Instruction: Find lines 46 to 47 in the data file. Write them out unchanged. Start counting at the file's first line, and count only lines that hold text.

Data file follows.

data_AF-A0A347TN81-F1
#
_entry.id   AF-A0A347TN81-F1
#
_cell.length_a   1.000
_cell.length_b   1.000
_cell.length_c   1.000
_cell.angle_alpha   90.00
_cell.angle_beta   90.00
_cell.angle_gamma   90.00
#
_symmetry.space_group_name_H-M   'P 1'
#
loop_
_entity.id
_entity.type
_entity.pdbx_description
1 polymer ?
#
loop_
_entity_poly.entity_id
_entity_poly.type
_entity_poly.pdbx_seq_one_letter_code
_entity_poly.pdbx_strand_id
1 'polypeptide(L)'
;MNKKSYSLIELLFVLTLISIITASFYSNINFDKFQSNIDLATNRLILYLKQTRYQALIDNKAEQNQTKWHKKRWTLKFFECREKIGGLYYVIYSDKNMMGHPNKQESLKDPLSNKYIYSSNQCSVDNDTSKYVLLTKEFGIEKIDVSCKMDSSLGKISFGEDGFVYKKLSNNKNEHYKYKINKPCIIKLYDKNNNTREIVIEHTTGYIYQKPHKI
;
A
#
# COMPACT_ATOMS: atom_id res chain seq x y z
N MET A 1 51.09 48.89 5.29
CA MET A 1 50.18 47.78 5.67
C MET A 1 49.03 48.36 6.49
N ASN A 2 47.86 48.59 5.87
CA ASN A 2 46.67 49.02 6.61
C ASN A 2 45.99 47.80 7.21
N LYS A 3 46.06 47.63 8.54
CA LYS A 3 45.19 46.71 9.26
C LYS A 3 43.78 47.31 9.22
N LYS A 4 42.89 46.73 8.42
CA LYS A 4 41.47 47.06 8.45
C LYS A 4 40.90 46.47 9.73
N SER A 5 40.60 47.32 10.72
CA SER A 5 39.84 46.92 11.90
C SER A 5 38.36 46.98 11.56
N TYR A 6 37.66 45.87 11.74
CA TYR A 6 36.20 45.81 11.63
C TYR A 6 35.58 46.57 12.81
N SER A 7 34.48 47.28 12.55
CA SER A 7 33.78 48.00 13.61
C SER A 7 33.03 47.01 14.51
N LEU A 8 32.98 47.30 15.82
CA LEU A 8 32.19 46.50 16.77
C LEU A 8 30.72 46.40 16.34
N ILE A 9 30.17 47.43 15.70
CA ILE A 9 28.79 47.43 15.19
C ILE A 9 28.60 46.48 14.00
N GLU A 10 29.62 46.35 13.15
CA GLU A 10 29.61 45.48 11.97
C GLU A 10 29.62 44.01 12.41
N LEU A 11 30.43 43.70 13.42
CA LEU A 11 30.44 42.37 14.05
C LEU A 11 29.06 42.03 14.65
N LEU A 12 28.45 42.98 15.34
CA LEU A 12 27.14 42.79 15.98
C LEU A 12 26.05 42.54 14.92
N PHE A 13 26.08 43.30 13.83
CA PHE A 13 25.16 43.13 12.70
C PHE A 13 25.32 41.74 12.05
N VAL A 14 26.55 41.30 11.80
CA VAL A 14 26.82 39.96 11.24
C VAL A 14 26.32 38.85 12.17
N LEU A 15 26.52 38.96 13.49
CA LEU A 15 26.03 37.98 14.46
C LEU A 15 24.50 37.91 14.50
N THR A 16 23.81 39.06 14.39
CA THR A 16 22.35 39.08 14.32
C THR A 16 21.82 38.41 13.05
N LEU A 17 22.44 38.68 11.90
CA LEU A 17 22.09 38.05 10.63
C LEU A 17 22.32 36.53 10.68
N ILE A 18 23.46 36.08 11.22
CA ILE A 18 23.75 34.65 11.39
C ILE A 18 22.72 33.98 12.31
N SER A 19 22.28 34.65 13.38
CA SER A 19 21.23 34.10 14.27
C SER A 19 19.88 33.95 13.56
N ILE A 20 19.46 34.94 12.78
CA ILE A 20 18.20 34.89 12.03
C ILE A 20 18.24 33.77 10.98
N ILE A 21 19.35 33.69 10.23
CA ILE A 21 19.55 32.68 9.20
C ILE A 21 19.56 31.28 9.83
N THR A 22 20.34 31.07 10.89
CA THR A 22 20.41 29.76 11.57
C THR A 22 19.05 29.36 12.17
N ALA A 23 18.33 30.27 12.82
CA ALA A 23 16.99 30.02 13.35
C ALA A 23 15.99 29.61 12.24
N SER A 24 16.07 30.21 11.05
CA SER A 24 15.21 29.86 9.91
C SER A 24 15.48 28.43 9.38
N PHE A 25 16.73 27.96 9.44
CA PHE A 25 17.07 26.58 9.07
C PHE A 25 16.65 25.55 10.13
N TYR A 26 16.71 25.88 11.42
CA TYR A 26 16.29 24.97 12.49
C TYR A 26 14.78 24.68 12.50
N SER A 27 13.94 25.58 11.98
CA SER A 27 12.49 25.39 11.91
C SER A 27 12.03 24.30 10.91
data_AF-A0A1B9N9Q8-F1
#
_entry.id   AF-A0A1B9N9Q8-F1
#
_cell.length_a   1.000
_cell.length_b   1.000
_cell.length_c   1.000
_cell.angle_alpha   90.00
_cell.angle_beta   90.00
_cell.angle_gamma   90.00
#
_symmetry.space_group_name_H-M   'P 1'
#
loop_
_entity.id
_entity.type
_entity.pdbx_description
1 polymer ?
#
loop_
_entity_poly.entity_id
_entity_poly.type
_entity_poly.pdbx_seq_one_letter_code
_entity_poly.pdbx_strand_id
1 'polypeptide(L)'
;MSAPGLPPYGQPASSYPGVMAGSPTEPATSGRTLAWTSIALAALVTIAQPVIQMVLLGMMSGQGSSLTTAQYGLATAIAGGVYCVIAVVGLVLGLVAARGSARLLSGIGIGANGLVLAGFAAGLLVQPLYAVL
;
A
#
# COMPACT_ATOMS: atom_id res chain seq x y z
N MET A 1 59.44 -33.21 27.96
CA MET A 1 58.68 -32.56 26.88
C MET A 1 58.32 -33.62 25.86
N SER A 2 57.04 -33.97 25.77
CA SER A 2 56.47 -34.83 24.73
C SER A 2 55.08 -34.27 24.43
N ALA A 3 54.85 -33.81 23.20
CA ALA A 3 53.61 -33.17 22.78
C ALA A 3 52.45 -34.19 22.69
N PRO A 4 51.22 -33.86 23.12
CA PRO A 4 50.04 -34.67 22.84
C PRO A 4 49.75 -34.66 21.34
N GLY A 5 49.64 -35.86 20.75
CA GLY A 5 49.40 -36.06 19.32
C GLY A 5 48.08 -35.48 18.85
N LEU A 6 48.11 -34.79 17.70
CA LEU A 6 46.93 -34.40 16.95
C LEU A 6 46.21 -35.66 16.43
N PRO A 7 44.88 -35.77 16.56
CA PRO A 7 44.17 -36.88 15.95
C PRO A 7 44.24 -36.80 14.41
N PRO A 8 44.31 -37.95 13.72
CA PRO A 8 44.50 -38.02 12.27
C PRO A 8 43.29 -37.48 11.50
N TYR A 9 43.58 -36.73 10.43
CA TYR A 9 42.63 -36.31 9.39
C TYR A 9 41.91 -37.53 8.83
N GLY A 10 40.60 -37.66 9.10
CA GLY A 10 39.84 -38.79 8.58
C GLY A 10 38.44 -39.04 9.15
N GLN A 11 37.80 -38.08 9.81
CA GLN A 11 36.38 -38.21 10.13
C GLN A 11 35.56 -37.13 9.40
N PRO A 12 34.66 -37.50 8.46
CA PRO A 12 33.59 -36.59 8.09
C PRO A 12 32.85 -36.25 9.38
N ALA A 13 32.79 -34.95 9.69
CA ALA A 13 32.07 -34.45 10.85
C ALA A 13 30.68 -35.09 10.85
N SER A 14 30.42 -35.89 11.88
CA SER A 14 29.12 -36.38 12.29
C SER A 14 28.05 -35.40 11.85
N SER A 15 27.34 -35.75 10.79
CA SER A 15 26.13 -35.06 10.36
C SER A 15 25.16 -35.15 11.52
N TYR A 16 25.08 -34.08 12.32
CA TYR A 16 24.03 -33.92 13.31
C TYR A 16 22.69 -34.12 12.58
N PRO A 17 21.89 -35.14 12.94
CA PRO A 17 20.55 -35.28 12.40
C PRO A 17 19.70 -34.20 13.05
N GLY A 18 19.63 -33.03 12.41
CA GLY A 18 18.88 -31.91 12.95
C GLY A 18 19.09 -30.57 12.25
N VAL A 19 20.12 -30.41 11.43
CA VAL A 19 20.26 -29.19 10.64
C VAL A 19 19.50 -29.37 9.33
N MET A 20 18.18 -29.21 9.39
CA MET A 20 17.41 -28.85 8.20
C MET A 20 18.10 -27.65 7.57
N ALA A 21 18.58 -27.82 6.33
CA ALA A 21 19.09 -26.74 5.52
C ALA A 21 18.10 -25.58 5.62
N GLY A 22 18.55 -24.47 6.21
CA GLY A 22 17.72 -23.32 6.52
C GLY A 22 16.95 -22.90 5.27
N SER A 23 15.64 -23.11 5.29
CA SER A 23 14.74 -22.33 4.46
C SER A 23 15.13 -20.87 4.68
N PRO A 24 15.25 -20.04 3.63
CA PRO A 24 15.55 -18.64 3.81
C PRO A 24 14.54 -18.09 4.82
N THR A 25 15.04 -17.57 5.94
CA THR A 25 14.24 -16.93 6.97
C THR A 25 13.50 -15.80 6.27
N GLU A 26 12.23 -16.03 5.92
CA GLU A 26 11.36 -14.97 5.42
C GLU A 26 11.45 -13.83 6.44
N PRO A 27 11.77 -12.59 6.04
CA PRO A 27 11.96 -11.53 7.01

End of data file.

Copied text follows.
N TYR A 6 37.66 45.87 11.74
CA TYR A 6 36.20 45.81 11.63